STREET BEAT: Riding with sense
MOTORCYCLES INSPIRE various emotions such as awe, admiration, fear and loathing.
However you feel about the powerful and noisy machines, there is no denying the appeal and freedom of riding a motorcycle.
Still, there are right ways and wrong ways to ride and to keep your bikes running.
“I ride a bike myself and I always make sure to strap on a proper helmet,” began Demario Redman, the manager of Demario’s Cycle World in Mason Hall Street who has been in the business since 2002.
“When you start your bike, let it run for three to five minutes and make sure all the lights are working and the cables lubed. If you are an everyday rider, take your bike to get serviced every three to four months,” he continued.
Some motorcyclists have been getting a bad rap in recent times because of their perceived recklessness on the roads.
“I don’t have a problem with the younger guys doing stunts but you have to be considerate of others on the road,” cautioned Demario.
He said riding a motorcycle was a major responsibility. “You have to drive, not only for yourself, but for other people too.
“Some motorists give you respect but others will purposely try to block you. Don’t speed through traffic because you don’t know what’s going to happen. Once you take the proper precautions, you will be good. Not wearing a helmet is putting your life at risk; a head injury is nothing to play with.”
Star Products Co. Ltd in Baxter’s Road is one of the oldest motorcycle dealerships in Barbados.
While the owner declined to be identified, he had strong viers on the road habits of some motorcyclists.
“Some people ride the larger motorbikes and ATVs real stupid on the roads; it is madness and something needs to be done,”?he said. “This reckless behaviour has been going on for a long time and I have been asking them not to drive in a way for people to look at them in a discriminatory way, but they are not listening.”
The motorcycle retailer said anyone looking to ride a motorcycle should begin with a small machine.
“Get a licence and start on the 110cc bikes and drive that for a year until you get accustomed to it; starting on a big bike will kill you,” he said, adding that proper clothing and head protection was paramount.
John Wharton, the managing director of Psycho Bikes and Green Riders, had a different point of view. He said he understood the feeling young people had when riding the bikes as he too rode in his youth but now after gaining experience, he could also speak of the dangers.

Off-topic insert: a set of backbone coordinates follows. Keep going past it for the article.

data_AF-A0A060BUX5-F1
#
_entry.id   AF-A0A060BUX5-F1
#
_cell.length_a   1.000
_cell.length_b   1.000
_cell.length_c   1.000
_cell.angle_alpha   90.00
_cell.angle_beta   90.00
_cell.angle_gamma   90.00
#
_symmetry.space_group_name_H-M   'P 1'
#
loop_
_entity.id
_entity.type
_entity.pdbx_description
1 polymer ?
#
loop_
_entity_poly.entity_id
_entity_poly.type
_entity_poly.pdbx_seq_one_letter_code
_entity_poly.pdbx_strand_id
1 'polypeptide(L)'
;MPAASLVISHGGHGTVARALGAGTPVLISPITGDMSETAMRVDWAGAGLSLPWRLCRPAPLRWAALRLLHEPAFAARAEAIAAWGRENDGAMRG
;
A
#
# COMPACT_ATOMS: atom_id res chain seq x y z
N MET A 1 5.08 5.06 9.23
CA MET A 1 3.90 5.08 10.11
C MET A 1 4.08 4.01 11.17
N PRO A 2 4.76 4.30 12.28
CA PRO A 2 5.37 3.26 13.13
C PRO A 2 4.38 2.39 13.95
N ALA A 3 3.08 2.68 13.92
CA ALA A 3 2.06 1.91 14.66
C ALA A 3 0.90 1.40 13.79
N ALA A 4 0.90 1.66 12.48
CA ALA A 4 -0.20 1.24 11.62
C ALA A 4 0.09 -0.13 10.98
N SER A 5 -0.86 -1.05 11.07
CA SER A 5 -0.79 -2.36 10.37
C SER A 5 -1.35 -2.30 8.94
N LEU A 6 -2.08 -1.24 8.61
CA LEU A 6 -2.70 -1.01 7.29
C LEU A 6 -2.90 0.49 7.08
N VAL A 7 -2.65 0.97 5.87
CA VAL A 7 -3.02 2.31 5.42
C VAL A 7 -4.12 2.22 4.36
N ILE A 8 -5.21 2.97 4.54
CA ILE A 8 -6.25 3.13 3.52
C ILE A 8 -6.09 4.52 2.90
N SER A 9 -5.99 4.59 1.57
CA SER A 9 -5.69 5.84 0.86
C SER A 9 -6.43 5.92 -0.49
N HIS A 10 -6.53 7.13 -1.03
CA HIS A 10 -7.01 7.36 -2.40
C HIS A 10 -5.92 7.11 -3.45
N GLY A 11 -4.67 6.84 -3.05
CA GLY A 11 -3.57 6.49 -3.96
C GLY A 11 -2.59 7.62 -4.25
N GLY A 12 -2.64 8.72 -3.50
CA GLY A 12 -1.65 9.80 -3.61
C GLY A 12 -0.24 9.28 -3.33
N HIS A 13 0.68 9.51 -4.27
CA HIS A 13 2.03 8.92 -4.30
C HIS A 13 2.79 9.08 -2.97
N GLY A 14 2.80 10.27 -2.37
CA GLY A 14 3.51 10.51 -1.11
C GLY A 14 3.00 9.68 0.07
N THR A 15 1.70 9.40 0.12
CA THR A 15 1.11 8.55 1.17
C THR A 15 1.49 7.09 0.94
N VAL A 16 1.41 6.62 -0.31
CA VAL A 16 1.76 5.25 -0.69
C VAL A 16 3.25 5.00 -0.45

“I’ve been that age and you have that energy but these bikes are very powerful on the bottom end so when you’re marvelling at a wheelie, it is really just balancing as the machine is doing the work. Not only that, you may look at someone doing that and judge but that person may have problems you don’t know about and doing that lifts them up but doing it on the road is still wrong,” he said.
Wharton advised young riders to find other ways to channel that energy and perhaps find a way to perform stunts for cash. He said recklessness was not worth it.
“Don’t drink or use drugs and drive and never be in a rush, anytime you are in a rush you are putting yourself and others at risk. Remember on a bike, your face is the windscreen, the top of your head is the bonnet and your shoulders are the door so you have to be careful,” he said.
Police spokesman Inspector David Welch told Street Beat that the force remained concerned about reckless motorcyclists and urged them to obey the law for their own safety and the safety of others.
“We want to appeal to them to ensure their vehicles are properly licensed and to always wear proper gear,”?he said. “We conduct operations from time to time and will continue to do so but sometimes when we arrive, the perpetrators are gone. We still encourage people to make reports, however.” [email protected]